The deportations of 25 March 1949

The deportations of 25 March 1949
In autumn 1948 the USSR leadership started to prepare for mass deportations in the western republics in order to implement the collectivisation of agriculture and to eliminate the support base for the national partisans, i.e. the well-to-do farmers. On 29 January 1949 the USSR Council of Ministers issued a secret decree that identified two deportee categories – „kulak" families and „nationalist" families. „Kulaks" were deemed to be those well-to-do farmers who, prior to the Soviet occupation, had owned more than 30 ha land and who had used hired help. „Nationalists" were former partisans, supporters of partisans, and relatives of those already sentenced.

The planned deportations in Latvia, Lithuania and Estonia were given the code name „Priboi" (Coastal Surf). The armed forces of the USSR State Security Ministry and the interior and security agencies of the republics were assigned to carry out the deportations.

Starting in February 1949, staff of the State Security Ministry of the Latvian SSR prepared lists and inventories of the families to be deported. They used 1939 national economy data that mostly did not reflect the post-war reality. The lists were approved by chairpersons of the county executive committees. On 17 March 1949 Vilis Lācis, Chairman of the Latvian SSR Council of Ministers, signed the decree to deport 10,000 „kulak" families. The decree to deport the families of partisans and „nationalists" was approved by Alfons Noviks, State Security Minister of the Latvian SSR.

Actual deportations were carried out by groups comprising staff of the State Security Ministry, soldiers, policemen, members of the destroyer battalions, and local Soviet activists. A group would arrive at the home of those to be deported and order them to be ready in one hour. In theory each family was allowed to bring with them 1,500 kg of belongings and food. All other property was confiscated. Many did not take the full weight allowed. Others were deported from schools and work places. The deportees were transported to a railway station and put in freight cars.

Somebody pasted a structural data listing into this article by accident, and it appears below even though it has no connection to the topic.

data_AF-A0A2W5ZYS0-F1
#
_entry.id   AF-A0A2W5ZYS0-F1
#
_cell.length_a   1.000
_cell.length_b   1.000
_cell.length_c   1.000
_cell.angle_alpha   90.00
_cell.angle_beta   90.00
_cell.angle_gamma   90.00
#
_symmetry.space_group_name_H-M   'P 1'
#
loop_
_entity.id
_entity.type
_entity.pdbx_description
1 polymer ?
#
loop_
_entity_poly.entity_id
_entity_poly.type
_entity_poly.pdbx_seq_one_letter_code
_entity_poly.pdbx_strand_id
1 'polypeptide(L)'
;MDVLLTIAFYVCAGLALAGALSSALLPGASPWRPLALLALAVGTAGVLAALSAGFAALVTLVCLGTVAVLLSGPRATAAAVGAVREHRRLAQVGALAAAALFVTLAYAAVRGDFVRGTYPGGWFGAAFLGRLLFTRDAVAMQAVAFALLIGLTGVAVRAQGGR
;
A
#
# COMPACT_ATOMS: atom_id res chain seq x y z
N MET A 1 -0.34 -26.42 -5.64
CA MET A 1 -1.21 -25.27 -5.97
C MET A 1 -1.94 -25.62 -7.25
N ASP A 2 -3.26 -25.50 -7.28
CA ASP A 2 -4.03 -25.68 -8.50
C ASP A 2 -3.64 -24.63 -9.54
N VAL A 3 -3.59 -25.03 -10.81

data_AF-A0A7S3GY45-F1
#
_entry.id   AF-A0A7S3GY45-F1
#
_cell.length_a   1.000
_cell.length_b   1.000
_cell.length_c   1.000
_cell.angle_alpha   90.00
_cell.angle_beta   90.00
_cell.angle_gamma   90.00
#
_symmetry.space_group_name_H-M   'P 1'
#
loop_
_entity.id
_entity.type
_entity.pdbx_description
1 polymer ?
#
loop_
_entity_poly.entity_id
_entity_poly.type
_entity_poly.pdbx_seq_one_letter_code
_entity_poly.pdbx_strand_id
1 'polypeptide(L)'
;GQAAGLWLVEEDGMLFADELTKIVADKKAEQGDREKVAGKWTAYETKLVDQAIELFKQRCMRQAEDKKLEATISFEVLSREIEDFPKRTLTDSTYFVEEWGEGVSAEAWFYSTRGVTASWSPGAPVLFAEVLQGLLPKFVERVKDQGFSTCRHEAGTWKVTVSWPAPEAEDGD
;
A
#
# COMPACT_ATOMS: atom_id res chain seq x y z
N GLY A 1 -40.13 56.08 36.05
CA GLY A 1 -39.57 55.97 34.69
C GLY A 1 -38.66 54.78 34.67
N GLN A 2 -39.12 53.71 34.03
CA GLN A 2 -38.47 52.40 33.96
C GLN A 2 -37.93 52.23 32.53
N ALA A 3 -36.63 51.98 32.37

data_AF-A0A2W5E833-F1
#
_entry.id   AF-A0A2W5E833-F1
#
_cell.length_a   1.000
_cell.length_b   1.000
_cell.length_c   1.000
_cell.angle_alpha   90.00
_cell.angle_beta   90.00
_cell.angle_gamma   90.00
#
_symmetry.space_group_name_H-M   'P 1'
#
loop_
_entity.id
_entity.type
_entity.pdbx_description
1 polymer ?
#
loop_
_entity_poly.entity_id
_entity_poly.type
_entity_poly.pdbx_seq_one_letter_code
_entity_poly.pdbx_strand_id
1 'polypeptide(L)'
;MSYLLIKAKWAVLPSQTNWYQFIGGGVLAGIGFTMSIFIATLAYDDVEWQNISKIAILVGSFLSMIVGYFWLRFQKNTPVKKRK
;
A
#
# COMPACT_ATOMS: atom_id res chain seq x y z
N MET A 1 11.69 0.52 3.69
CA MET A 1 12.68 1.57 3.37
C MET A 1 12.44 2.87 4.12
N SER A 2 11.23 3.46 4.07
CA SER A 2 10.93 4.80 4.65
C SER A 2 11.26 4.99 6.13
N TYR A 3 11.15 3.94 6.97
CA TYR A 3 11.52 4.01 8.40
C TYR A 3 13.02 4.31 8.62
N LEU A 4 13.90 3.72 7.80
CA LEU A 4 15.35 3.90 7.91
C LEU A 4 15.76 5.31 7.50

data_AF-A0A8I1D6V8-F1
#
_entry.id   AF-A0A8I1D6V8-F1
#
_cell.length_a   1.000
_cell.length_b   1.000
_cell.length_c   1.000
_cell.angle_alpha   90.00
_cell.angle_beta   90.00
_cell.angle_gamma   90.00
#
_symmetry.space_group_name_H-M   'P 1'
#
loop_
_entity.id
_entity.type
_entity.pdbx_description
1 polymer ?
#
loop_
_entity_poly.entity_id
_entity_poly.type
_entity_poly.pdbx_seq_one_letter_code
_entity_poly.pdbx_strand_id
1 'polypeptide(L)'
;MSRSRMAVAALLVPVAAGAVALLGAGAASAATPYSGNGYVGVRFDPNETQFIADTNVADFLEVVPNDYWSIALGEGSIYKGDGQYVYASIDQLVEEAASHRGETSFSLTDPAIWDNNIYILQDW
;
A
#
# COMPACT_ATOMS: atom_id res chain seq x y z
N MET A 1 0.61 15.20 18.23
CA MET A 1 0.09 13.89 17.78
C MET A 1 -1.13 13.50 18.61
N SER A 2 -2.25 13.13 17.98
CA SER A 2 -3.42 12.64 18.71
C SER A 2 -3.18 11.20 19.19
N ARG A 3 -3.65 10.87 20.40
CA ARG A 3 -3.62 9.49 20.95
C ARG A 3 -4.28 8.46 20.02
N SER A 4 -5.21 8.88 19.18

In contrast to the 14 June 1941 deportations, people this time were morally better prepared. Some expected to be deported all the post-war years. Others prepared themselves when rumours spread in spring 1949. A significant number of people went into hiding, becoming illegals, and even joining the national partisans. In cases where the family to be deported was not at the specified address, the arresters often deported neighbours who were not on the deportation lists. This time it was important to fulfil the plan and deport the specified number of families.

In the 25 March 1949 deportations men were not separated from women and children, but all were sent to forced resettlement locations in the Omsk, Tomsk and Amur Regions. Upon arrival at the places of forced resettlement, the deportees were told that they had been deported for life. Nevertheless,  after the death of Stalin the deportees were gradually released and were able to return to Latvia in the second half of the 1950s.